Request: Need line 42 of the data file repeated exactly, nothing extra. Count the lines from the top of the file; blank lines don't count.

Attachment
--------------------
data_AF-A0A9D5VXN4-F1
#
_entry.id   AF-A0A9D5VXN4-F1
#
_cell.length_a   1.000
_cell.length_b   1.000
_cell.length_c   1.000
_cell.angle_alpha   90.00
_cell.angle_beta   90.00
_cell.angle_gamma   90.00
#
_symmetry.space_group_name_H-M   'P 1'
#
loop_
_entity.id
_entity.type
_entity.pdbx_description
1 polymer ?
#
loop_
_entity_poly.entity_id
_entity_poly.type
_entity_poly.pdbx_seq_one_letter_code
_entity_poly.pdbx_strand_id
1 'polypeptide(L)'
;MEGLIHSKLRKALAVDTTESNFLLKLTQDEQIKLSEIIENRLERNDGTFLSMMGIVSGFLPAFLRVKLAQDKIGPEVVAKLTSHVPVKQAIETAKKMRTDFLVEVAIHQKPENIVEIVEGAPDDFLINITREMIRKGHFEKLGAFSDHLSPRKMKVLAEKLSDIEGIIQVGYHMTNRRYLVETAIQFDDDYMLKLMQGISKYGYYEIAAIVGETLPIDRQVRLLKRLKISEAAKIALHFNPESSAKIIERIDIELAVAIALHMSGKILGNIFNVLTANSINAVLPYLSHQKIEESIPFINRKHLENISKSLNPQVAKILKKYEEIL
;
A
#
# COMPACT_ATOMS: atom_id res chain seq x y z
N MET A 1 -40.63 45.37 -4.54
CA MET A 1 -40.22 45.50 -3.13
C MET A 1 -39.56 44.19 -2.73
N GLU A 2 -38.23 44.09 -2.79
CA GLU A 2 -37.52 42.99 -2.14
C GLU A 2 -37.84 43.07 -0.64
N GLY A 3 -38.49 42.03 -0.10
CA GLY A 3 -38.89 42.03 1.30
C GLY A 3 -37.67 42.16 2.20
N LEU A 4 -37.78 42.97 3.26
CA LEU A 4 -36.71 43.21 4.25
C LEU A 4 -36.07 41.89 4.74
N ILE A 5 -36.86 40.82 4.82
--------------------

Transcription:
C LEU A 4 -36.07 41.89 4.74